Indigenous Sri Lankans seek constitutional guarantee on rights protection

Colombo, Jan 18 (EFE).- Sri Lanka’s indigenous community Wednesday sought constitutional protection of their rights.

Some tribal representatives told the Sri Lanka Human Rights Commission (HRC) that the government should pass an act that would recognize them and protect their rights.

“Even though solutions for our problems were discussed on multiple occasions none of them materialized. We came here to ask for an act to protect the rights,” Dambana Adivasi Community leader Uruwarige Wanniyala Aththo told the media.

Wanniyala Aththo said the indigenous community had been banned from hunting in forests.

“We are not even allowed to enter the forests,” he said, adding that it affected the indigenous people across the island.

The representatives said there was no proper mechanism to address grievances when their rights were violated.

The government should formulate a law and a national policy to recognize the freedoms and rights of the Adivasi people, they said in a letter to the rights body.

“The indigenous community plays role of the protectors of the natural resources and not the destruction of the environment,” they added.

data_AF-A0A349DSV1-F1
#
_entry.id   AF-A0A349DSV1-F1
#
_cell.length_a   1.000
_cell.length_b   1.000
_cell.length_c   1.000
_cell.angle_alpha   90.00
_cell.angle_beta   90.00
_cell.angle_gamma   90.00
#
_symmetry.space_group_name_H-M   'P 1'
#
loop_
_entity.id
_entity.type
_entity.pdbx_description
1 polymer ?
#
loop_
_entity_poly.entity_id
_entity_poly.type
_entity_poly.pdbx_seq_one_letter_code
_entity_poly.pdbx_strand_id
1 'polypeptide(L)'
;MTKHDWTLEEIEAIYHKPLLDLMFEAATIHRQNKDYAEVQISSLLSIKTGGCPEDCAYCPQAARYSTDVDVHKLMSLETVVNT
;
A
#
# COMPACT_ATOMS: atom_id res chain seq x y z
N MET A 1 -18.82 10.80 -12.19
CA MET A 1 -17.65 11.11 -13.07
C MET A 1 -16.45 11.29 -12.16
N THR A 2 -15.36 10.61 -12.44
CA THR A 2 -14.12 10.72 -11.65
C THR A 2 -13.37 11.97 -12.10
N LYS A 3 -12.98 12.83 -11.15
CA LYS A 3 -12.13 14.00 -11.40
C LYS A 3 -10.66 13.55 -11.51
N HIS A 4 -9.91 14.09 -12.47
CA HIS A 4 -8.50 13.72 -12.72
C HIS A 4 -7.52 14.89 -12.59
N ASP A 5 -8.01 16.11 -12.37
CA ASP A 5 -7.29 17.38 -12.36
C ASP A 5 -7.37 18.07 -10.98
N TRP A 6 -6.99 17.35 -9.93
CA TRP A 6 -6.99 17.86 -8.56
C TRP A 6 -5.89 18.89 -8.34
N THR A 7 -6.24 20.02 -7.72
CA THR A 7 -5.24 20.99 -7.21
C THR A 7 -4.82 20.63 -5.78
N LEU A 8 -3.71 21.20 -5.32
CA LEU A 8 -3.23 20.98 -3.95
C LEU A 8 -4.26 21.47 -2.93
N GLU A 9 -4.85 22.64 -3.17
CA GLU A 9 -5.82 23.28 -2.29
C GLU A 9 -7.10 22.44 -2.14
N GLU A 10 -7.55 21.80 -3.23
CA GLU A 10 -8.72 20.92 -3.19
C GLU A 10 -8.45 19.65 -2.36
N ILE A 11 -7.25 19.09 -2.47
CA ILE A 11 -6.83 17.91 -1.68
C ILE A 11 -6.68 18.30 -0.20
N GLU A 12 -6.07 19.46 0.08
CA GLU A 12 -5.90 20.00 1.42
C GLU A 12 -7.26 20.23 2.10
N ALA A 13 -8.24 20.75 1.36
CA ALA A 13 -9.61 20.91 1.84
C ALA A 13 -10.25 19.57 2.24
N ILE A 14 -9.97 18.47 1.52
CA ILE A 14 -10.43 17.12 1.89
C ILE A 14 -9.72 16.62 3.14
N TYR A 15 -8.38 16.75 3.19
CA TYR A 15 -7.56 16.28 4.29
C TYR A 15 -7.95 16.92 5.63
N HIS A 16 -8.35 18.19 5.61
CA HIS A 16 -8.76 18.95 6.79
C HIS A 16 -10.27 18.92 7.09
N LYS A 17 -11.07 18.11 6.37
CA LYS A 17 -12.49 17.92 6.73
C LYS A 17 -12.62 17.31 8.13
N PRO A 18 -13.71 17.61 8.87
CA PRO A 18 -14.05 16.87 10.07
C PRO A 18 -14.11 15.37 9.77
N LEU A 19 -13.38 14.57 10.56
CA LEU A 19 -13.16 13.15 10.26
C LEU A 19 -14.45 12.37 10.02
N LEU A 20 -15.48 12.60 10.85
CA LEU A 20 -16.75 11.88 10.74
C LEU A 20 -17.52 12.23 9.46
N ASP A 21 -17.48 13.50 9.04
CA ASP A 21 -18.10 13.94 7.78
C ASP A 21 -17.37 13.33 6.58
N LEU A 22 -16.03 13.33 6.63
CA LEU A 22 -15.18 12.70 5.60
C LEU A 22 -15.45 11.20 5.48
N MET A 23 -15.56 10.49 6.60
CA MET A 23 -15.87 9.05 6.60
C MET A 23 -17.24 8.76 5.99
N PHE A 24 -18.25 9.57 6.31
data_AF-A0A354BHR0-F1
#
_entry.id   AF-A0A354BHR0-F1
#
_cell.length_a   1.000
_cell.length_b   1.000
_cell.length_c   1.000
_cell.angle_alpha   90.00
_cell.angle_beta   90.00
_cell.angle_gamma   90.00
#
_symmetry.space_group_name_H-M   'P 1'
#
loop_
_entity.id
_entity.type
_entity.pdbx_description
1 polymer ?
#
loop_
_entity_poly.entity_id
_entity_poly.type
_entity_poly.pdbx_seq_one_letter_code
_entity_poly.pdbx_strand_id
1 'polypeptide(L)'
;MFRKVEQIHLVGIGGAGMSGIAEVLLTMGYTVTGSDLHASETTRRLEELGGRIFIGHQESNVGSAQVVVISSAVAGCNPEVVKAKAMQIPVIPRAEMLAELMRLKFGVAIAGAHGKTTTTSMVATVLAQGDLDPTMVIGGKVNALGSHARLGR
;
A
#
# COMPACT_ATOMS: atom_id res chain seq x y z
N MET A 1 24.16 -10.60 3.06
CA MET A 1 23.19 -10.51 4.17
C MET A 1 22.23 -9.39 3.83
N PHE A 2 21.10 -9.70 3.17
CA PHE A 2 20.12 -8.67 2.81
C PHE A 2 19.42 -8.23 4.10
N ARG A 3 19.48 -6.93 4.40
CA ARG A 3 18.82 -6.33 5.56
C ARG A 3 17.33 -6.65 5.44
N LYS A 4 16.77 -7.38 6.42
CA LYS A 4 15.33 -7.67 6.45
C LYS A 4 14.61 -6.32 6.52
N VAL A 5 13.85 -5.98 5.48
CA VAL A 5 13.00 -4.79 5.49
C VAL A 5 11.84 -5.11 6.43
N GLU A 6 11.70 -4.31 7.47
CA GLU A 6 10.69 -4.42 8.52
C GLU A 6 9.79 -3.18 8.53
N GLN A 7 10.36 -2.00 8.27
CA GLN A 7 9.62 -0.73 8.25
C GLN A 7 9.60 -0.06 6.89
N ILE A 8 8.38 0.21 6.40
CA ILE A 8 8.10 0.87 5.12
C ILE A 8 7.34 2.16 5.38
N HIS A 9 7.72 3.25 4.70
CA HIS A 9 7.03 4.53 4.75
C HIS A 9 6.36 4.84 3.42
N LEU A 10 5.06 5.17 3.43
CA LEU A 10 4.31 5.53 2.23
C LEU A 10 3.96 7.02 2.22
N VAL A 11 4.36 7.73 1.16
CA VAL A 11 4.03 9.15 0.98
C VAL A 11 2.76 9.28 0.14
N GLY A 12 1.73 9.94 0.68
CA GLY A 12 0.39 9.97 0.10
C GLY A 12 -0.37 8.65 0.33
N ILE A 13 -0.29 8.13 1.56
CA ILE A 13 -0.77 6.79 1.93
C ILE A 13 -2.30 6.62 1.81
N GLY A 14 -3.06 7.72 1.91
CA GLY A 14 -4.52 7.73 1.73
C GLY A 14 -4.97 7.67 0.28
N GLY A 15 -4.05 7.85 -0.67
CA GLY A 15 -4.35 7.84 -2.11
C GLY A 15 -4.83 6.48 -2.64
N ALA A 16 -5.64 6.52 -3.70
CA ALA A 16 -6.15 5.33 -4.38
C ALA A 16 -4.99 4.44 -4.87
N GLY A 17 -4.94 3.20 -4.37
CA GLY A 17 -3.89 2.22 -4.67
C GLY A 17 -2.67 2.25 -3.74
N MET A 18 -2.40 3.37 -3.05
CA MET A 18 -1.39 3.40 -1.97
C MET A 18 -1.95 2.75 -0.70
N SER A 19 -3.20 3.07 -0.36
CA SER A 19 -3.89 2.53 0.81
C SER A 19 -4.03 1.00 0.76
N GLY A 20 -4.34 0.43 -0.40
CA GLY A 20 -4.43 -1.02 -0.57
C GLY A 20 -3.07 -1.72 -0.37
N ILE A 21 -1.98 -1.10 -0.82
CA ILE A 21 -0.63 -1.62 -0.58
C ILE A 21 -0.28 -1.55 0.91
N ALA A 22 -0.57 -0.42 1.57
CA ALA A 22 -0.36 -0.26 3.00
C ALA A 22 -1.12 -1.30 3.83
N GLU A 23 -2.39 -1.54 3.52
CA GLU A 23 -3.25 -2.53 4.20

The rights body chief, Nimal Karunasiri, told the media the Adivasi people wanted the government to guarantee their freedom of movement and protect their right to live, their culture, and their right to speak and teach their native language and customs.

“There has to be a law that protects the indigenous people,” he said.

He said 40 years of discussions had yielded nothing.

“During our discussion, we found that priority should be given to providing them a national identity card. They say they are not Sinhalese, Tamil, nor Muslims. They want them to be identified as Adivasi,” he said.

He said the rights body agreed that the government must formulate a parliament bill to protect all their rights. EFE


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